What bothered me about the movie was the factual stuff. Hollywood played fast and loose with the facts, and as an alum and reporter who covered the team at one time, I didn’t like it.
Mitch Stephens, who worked for me at the Contra Costa Times and now does such a dynamic job at MaxPreps.com, said he couldn’t enjoy the movie as as he had hoped because of the same factual mistakes and problems I had with the flick.
Let’s start with where the movie was filmed.
New Orleans? Stephens thinks it’s because of money. Isn’t everything these days? Geeze, why not go to outer Mongolia? Why not the field at De La Salle? If the movie people had done that, the fans who think De La Salle has all the advantages in the world would take a big step back. The stadium isn’t huge, 6,000 if you cram people in. Originally, it seated less than 2,000. If you expected something glitzy like at Bishop Gorman you would be disappointed.
Let’s move on to where Ladouceur lived.
Unless he moved in the mid-90s after I left the area, Ladouceur lived in either San Ramon or Danville not Concord.
Let’s talk about the running back Chris Ryan. He was a fictional character. De La Salle, despite having some great running backs like Russell Lawson, Marlon Blanton and Patrick Walsh, never had a back challenge the state TD record.
I did like the back and forth between Ryan and his father Mickey, however. I’m sure many coaches have had to deal with that type of overbearing father during their coaching careers. When it comes to that relationship, you will appreciate the Ryan character, especially at the end of the movie.
Then there is the 2004 season itself which ended with an 8-3-2 record and a section title. The off-season was marred by the shooting death of Oregon-bound Terrance Kelly, one of the best players in DLS history, and Ladouceur’s heart attack on New Year’s Eve.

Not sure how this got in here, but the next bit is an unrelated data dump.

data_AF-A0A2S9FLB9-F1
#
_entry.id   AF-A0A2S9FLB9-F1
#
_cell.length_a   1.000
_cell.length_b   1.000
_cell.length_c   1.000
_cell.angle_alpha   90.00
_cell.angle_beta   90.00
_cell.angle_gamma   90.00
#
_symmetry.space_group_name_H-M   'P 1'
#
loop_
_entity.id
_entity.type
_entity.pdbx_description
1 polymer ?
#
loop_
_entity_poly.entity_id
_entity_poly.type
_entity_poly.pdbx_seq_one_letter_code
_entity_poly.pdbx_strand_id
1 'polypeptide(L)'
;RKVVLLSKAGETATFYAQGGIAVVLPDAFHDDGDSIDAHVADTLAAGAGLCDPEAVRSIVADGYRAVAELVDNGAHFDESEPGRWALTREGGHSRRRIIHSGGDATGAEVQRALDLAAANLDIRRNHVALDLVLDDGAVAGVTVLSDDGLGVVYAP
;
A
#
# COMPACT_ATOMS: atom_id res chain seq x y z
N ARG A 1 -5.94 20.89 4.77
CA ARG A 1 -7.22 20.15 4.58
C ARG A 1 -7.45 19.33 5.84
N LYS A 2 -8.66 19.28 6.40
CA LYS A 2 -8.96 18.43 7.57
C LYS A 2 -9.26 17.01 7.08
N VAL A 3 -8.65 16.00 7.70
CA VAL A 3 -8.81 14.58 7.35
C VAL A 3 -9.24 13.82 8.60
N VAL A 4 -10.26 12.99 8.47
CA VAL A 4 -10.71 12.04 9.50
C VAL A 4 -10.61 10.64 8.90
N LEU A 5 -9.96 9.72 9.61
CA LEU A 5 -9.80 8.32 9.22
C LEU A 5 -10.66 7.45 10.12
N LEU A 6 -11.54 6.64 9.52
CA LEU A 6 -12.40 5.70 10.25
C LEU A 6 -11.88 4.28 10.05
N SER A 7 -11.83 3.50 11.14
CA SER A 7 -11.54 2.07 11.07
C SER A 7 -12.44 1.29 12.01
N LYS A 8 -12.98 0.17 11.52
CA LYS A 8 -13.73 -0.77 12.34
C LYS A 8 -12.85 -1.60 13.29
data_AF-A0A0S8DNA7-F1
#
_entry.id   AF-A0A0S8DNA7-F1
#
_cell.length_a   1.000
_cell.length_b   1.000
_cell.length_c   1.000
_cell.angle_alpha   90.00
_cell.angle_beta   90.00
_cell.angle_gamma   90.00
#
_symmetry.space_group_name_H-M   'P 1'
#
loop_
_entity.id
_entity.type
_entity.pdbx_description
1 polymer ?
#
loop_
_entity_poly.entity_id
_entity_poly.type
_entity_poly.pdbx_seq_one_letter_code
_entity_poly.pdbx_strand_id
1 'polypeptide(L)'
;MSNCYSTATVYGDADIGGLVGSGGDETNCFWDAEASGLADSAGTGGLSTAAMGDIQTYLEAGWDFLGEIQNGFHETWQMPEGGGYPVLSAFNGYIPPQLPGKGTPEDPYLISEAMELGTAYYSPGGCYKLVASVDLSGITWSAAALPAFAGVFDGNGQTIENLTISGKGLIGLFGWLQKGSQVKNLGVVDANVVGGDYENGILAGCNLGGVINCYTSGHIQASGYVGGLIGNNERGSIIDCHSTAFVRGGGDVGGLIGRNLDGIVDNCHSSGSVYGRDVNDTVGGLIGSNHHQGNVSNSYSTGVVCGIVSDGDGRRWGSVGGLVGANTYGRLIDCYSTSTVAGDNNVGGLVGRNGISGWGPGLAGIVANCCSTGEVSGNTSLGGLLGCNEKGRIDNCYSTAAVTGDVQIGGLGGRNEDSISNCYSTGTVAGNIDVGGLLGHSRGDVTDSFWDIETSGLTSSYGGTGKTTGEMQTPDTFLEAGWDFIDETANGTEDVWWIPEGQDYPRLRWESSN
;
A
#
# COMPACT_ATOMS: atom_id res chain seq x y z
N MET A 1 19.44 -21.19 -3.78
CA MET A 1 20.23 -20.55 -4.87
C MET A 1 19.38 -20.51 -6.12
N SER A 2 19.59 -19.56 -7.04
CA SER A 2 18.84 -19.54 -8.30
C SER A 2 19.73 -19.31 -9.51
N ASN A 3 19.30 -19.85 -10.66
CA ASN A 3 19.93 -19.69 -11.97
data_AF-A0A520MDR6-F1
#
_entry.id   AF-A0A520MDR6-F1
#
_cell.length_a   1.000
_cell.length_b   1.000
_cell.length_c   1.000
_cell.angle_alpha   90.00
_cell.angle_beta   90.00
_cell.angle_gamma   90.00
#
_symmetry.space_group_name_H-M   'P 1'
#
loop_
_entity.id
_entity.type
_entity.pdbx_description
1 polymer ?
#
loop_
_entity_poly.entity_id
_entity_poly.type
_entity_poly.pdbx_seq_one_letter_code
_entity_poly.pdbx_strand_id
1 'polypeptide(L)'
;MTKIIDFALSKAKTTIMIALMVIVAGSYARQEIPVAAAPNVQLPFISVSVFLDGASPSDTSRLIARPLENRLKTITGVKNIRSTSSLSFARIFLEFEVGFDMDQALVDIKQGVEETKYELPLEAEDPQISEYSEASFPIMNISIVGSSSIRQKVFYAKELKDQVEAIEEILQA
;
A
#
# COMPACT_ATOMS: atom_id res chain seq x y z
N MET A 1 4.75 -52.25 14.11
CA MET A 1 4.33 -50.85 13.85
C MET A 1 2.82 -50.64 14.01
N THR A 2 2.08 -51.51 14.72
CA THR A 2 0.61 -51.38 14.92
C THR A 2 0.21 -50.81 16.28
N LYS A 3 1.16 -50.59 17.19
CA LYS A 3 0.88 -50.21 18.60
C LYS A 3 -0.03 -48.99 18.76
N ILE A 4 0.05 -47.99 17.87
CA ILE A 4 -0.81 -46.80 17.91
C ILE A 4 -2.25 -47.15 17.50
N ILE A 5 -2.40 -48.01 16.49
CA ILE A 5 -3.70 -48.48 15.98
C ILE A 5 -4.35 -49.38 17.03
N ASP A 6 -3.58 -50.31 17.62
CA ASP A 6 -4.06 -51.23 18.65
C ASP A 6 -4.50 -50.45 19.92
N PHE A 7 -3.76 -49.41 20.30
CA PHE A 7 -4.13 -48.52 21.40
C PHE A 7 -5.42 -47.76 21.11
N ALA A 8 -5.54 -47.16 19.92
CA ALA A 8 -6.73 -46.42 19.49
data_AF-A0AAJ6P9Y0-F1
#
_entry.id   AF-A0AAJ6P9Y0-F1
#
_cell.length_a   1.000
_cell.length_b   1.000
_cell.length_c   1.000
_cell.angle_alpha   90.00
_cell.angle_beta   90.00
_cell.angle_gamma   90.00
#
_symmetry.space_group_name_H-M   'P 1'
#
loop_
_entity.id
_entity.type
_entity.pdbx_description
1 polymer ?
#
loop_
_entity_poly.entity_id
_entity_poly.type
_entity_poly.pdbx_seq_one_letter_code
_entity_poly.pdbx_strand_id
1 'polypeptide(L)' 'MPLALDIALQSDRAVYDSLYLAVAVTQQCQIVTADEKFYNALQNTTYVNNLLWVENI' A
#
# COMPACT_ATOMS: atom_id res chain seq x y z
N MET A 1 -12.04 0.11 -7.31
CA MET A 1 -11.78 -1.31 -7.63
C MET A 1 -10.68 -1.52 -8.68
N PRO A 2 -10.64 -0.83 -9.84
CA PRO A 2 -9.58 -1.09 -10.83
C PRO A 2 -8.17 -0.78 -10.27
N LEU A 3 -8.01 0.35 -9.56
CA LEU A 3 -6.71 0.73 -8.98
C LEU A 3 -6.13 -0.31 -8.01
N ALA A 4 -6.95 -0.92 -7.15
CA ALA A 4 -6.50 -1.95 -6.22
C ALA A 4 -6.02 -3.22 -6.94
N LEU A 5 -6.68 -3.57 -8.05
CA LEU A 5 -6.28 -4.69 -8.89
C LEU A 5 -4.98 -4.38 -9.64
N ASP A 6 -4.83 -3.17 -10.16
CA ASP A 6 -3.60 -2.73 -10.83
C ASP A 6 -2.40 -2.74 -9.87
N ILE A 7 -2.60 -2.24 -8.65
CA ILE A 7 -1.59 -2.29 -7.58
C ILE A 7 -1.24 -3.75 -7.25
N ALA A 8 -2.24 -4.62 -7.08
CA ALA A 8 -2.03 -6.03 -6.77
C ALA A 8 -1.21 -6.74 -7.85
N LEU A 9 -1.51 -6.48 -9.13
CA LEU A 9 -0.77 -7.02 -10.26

The streak breaker against Bellevue was played at Qwest Field in Seattle. The start of the movie showed Danny Ladouceur fumbling the ball after a jarring hit. That didn’t happen, according to the younger Ladouceur in an interview with Stephens. It would have been nice to see actual clips from that game.
The second game of the season was actually played against Clovis West, but the movie makers said it was against Clayton Valley. The Spartans NEVER lost to Clayton Valley, but showed DLS losing.
The third game was a tie against Palma yet the film had the Spartans playing Long Beach Poly. Really? The last time Poly was on De La Salle’s schedule was 2002. The stuff that happened with the heat and fatigue was actual, but again the game was played at night and in the movie it’s a day game.
Why did the producers and directors feel the need to do that?
The film’s creators gave Eidson, Ladouceur and other school athletic staff the first cut of the movie last November to ensure there were no glaring inaccuracies, according to reports. What happened?
Eidson said in a published article recently while the film strays slightly from real-life chronology, it stays true to the school’s athletic program and coaching philosophy of instilling its players with values that go beyond the football field.
I would agree with that, and that’s why you should see it.